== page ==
ALPHARETTA, Ga. — Tech Alpharetta is celebrating the first graduate of 2020 from its Innovation Center program.
Finosec, a fintech startup that assists financial institutions in navigating cybersecurity and regulatory compliance, has established headquarters in the city on McGinnis Ferry Road. The company has eight employees
Tech Alpharetta’s Innovation Center, launched in 2015, serves as a tech startup incubator in Alpharetta that provides education, mentoring and other resources to its startup members to help them grow and succeed. Finosec joined Tech Alpharetta’s incubator in early 2018.
Finosec President and founder Zach Duke built the company during its tenure at the incubator.
“Tech Alpharetta’s Innovation Center connected Finosec to essential resources that directly and positively impacted the company’s progress by accelerating our speed to market,” Duke said, adding that expansion may be in the future.
“Obviously, bringing on customers is the first requisite for adding additional staff, and having great technology is part of that process,” he said.
Duke, who lives in Milton, said headquartering in Alpharetta made sense.
“The technology talent in Alpharetta is really unparalleled,” he said. “We talk a lot about Fin-Tech Alley (tech firms specializing in financial services), but there’s just a lot of great, technical talent in Alpharetta. And being headquartered where the talent is is a critical concern for us.”
Finosec’s platform enables its customers to automate and easily validate labor-intensive tasks that are required to keep banking systems secure and meet regulatory expectations.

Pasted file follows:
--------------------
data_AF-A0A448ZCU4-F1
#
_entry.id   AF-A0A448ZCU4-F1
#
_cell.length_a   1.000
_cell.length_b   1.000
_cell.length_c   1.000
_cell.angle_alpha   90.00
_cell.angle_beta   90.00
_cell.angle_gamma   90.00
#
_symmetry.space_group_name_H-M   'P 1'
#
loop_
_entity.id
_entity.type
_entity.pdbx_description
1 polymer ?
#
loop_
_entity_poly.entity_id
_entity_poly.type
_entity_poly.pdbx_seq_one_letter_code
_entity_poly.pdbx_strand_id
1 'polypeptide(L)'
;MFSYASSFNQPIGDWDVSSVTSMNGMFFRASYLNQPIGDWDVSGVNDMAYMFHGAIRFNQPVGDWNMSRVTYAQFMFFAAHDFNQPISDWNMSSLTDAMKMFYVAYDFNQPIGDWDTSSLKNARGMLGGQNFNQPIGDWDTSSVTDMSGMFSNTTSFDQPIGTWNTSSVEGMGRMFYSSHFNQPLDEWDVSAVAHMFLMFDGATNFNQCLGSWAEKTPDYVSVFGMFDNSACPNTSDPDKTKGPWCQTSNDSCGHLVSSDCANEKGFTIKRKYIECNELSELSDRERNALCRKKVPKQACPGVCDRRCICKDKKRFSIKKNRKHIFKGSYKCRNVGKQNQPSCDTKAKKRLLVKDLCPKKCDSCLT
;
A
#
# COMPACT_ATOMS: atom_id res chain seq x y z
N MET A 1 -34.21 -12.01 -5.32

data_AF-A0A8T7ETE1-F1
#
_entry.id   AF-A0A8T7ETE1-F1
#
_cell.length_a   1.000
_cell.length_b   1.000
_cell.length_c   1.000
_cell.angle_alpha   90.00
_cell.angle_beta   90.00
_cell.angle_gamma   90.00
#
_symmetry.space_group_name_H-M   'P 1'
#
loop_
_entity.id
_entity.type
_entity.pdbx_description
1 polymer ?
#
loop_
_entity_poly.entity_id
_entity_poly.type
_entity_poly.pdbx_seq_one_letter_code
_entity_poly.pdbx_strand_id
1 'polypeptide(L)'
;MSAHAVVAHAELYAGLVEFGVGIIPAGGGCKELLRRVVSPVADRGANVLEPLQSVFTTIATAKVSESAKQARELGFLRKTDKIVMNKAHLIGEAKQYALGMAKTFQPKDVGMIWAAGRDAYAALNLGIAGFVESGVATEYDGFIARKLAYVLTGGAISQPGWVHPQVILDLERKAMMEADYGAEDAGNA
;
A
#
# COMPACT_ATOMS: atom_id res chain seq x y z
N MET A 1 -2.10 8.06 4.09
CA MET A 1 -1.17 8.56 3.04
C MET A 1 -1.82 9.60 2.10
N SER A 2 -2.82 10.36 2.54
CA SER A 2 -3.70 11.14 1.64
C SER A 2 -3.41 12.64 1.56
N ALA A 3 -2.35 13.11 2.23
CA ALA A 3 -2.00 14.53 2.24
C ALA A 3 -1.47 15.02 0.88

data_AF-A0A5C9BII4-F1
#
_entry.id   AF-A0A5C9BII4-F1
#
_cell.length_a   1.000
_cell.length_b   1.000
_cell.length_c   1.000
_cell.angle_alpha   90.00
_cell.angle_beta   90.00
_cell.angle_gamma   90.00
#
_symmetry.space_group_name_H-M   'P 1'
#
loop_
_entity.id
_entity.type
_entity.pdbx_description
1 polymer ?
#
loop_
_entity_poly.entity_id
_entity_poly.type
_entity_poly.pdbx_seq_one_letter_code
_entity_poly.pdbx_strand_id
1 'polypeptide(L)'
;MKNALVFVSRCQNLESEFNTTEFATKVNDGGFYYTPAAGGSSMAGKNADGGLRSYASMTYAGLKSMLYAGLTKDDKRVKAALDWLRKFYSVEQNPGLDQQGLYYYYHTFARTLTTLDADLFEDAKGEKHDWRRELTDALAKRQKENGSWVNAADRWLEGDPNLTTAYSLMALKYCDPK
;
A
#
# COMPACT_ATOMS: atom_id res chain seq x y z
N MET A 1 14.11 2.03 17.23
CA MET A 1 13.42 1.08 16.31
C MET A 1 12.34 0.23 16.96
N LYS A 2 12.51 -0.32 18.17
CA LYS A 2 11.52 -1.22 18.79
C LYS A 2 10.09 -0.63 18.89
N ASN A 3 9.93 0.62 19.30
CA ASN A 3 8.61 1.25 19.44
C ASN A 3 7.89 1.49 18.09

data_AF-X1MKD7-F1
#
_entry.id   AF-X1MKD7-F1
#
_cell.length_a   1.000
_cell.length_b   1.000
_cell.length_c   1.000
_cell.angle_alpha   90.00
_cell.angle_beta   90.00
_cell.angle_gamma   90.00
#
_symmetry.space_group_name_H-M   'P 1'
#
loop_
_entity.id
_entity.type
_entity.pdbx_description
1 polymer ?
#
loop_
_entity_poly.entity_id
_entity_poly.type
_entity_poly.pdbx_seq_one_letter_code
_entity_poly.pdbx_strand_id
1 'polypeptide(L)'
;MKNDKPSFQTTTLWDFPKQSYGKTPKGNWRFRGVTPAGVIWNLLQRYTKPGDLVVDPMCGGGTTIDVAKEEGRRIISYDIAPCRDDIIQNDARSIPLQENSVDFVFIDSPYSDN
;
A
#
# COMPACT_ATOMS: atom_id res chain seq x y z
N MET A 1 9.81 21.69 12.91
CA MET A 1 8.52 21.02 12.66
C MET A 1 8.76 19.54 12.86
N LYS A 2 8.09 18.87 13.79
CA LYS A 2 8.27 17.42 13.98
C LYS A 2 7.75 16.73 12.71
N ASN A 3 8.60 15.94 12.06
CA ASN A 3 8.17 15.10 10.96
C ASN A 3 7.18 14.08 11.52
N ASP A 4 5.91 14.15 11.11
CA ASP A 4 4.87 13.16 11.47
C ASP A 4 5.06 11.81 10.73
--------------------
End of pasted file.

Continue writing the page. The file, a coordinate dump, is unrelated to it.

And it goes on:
Duke said he has found strong traction in the market for Finosec’s platform. He also called Tech Alpharetta’s assistance invaluable.
“Building a company starting from nothing is extremely hard,” he said. “Having an accelerator that makes it so you don’t have to start from scratch — wow, does it help you.”
Tech Alpharetta CEO, Karen Cashion said the Innovation Center is home to 48 tech startups currently receiving mentoring, coaching, investor relationships and other services.
“We try to provide the additional things all startups need to grow their companies,” Cashion said.
Tech Alpharetta, which receives some of its funding from the city, was challenged last year by the City Council to begin laying the groundwork for self-sufficiency. The nonprofit had received $125,000 in annual funding through the city’s Development Authority up to then.
Last fall, after the organization bolstered its board membership and met other benchmarks, the council approved a three-year funding contract for $100,000 annually.
“It’s been a process,” Cashion said. “Our organization was actually created by the city in 2013, and we’re really an economic engine for Alpharetta.”
Today, Tech Alpharetta has 30 tech companies represented on its board of directors. Its goal is to graduate at least two new firms a year from its incubator.
The Innovation Center has had 12 companies graduate since it began in 2015, nine of them are located in Alpharetta.
Job creation is simple to track by company, but some studies suggest that tech jobs have a multiplier effect on other jobs. Enrico Moretti, economist with the University of California, Berkeley, says each new tech job creates five additional jobs in the service section.
Tech Alpharetta uses a common algorithm that places the number at 4.3 new service sector jobs.
“Just on their own, our graduates have already created 111 high-paying tech jobs for the city — those nine companies that headquartered in the city,” Cashion said. “Using that algorithm, that’s 477 new jobs total for Alpharetta that our graduates have created.”